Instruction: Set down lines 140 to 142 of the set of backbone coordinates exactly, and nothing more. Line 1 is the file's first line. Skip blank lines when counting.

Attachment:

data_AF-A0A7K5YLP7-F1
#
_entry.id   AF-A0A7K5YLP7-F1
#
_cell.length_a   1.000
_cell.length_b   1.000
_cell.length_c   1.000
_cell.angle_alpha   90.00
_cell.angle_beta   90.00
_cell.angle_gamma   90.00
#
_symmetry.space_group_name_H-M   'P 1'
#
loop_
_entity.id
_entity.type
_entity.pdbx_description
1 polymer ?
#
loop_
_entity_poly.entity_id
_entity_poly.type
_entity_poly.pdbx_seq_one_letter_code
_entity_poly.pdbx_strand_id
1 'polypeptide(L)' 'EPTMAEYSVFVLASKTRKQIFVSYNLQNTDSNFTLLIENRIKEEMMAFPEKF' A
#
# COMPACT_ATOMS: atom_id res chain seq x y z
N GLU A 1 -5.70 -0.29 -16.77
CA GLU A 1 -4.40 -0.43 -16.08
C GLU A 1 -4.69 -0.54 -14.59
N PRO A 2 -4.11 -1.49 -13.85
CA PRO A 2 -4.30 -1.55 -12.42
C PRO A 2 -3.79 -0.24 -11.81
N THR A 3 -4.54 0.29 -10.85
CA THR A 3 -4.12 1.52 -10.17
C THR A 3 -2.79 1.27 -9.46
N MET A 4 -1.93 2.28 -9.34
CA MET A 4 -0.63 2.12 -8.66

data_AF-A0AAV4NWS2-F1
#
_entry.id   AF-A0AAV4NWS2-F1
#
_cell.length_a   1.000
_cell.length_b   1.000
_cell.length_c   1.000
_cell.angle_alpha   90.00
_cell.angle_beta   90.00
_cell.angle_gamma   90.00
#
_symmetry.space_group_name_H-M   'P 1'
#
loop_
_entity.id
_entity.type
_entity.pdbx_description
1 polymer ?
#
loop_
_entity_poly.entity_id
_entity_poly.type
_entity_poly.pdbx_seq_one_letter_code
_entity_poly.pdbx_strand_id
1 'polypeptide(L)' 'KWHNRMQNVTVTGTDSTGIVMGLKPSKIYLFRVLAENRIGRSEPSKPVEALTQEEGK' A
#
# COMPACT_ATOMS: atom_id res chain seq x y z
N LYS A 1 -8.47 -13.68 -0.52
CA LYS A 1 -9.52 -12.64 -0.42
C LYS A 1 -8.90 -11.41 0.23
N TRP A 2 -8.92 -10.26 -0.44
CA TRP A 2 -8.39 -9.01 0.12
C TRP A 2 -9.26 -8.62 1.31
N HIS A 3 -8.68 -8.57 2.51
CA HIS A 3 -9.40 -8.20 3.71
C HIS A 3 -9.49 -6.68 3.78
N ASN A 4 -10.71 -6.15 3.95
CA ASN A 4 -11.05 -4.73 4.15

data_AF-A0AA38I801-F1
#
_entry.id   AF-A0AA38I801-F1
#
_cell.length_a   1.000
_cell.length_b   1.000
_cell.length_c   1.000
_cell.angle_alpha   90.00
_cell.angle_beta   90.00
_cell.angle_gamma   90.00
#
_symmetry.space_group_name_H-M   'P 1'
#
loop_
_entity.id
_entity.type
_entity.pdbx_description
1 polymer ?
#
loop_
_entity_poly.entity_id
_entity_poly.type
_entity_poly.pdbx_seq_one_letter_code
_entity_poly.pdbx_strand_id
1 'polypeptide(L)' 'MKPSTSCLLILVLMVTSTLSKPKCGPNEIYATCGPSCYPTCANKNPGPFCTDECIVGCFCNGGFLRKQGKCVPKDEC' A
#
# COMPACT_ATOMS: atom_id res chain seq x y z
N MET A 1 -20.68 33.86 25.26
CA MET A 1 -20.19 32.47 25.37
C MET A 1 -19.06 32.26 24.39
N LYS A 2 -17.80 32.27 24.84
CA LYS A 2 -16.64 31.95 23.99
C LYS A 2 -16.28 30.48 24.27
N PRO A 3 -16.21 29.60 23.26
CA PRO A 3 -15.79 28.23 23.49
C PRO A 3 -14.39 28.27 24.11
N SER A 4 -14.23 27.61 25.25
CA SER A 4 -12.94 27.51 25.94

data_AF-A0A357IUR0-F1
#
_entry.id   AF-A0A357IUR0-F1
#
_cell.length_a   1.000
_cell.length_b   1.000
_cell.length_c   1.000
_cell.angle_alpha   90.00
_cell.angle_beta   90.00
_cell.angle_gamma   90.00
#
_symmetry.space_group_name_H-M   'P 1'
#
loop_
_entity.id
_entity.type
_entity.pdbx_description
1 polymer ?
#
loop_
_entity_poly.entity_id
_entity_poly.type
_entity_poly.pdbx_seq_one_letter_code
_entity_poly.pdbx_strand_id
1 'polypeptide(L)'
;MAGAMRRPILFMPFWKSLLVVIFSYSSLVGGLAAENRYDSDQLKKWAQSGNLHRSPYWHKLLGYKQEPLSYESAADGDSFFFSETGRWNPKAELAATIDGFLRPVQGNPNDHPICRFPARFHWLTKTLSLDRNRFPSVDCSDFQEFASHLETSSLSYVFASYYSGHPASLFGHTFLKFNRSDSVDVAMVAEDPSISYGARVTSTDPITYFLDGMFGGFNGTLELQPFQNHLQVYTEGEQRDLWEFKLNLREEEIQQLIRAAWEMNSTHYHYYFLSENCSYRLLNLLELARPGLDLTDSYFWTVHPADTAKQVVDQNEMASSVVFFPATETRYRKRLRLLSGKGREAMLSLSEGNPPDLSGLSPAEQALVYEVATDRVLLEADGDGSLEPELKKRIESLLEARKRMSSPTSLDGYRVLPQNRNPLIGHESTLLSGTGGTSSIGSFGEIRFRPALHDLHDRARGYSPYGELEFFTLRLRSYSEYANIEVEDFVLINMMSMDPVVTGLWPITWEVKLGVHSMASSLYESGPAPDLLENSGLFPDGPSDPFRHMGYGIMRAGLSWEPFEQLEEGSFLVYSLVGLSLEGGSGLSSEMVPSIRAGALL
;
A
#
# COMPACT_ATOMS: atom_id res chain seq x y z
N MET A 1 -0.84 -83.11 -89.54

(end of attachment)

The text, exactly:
;MAGAMRRPILFMPFWKSLLVVIFSYSSLVGGLAAENRYDSDQLKKWAQSGNLHRSPYWHKLLGYKQEPLSYESAADGDSFFFSETGRWNPKAELAATIDGFLRPVQGNPNDHPICRFPARFHWLTKTLSLDRNRFPSVDCSDFQEFASHLETSSLSYVFASYYSGHPASLFGHTFLKFNRSDSVDVAMVAEDPSISYGARVTSTDPITYFLDGMFGGFNGTLELQPFQNHLQVYTEGEQRDLWEFKLNLREEEIQQLIRAAWEMNSTHYHYYFLSENCSYRLLNLLELARPGLDLTDSYFWTVHPADTAKQVVDQNEMASSVVFFPATETRYRKRLRLLSGKGREAMLSLSEGNPPDLSGLSPAEQALVYEVATDRVLLEADGDGSLEPELKKRIESLLEARKRMSSPTSLDGYRVLPQNRNPLIGHESTLLSGTGGTSSIGSFGEIRFRPALHDLHDRARGYSPYGELEFFTLRLRSYSEYANIEVEDFVLINMMSMDPVVTGLWPITWEVKLGVHSMASSLYESGPAPDLLENSGLFPDGPSDPFRHMGYGIMRAGLSWEPFEQLEEGSFLVYSLVGLSLEGGSGLSSEMVPSIRAGALL
;
A